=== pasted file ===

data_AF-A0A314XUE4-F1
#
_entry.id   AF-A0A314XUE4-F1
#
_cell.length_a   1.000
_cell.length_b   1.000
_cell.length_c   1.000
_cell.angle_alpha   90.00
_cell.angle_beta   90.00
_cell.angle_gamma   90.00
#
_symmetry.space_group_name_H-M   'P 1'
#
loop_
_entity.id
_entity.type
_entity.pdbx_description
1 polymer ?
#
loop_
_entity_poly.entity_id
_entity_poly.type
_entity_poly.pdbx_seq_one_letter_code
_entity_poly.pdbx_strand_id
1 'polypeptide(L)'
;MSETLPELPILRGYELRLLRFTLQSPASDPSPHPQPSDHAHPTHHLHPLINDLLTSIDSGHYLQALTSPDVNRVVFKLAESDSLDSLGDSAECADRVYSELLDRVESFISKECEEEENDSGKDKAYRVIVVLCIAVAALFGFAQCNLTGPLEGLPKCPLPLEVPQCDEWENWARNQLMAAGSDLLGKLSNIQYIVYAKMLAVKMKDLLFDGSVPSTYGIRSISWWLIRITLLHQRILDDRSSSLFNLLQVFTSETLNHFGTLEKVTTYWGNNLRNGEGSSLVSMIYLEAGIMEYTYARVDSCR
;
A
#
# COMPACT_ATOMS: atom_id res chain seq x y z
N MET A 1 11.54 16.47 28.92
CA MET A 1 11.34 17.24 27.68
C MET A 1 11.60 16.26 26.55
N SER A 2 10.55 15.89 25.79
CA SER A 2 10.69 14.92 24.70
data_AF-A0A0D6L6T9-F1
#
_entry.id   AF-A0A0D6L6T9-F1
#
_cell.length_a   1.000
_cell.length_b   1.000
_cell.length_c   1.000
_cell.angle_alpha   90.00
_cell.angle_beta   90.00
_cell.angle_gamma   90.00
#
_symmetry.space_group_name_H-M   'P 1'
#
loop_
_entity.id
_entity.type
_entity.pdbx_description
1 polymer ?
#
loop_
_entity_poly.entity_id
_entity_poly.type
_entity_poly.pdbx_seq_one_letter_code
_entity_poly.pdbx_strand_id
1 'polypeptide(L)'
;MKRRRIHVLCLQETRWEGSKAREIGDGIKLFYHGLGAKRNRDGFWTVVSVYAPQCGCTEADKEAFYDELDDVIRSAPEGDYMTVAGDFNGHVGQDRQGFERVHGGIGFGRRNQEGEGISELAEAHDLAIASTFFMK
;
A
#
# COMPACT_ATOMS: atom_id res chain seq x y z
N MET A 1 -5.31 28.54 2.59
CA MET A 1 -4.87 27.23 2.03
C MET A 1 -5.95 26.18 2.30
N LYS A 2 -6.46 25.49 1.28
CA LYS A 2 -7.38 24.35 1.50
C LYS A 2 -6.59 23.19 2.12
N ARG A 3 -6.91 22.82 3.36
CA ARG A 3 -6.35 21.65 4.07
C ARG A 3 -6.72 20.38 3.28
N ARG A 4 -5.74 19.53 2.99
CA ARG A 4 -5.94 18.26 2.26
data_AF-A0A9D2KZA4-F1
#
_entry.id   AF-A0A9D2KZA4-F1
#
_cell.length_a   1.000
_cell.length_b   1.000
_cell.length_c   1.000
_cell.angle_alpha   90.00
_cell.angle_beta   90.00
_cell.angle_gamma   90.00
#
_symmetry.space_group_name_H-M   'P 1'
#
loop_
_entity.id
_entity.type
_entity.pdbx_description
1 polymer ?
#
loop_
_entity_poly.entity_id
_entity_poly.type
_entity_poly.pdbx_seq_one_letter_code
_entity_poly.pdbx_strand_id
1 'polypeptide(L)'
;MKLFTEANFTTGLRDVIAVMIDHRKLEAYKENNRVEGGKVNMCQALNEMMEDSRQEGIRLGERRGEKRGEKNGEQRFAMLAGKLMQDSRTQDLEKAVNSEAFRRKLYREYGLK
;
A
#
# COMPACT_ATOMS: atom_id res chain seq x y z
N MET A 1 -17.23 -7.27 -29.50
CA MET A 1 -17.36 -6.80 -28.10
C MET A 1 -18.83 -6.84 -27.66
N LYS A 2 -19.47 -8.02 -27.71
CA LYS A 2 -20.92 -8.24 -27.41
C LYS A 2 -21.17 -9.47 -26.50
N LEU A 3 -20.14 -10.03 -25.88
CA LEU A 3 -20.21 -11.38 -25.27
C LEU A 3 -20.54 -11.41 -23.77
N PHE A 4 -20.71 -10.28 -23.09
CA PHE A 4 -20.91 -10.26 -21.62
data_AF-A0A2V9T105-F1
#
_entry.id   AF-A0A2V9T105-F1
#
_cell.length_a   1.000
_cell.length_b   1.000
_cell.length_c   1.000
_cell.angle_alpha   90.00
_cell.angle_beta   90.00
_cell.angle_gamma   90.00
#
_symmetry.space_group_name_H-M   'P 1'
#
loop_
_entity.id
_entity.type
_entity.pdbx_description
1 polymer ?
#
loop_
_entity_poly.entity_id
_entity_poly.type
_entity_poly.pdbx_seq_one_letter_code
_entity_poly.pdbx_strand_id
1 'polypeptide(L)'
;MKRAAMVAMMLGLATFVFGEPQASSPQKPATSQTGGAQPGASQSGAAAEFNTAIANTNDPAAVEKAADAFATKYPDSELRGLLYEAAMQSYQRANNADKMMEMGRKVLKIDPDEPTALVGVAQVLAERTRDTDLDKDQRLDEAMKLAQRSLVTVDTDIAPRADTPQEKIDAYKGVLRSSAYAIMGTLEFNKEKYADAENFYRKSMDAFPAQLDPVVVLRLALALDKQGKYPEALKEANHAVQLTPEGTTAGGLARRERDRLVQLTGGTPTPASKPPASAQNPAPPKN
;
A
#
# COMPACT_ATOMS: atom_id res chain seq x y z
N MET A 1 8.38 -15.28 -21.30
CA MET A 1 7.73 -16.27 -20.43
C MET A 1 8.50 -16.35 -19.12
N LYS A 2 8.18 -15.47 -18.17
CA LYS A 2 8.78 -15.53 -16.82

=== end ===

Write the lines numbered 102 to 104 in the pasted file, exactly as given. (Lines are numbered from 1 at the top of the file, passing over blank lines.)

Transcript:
;MKLFTEANFTTGLRDVIAVMIDHRKLEAYKENNRVEGGKVNMCQALNEMMEDSRQEGIRLGERRGEKRGEKNGEQRFAMLAGKLMQDSRTQDLEKAVNSEAFRRKLYREYGLK
;
A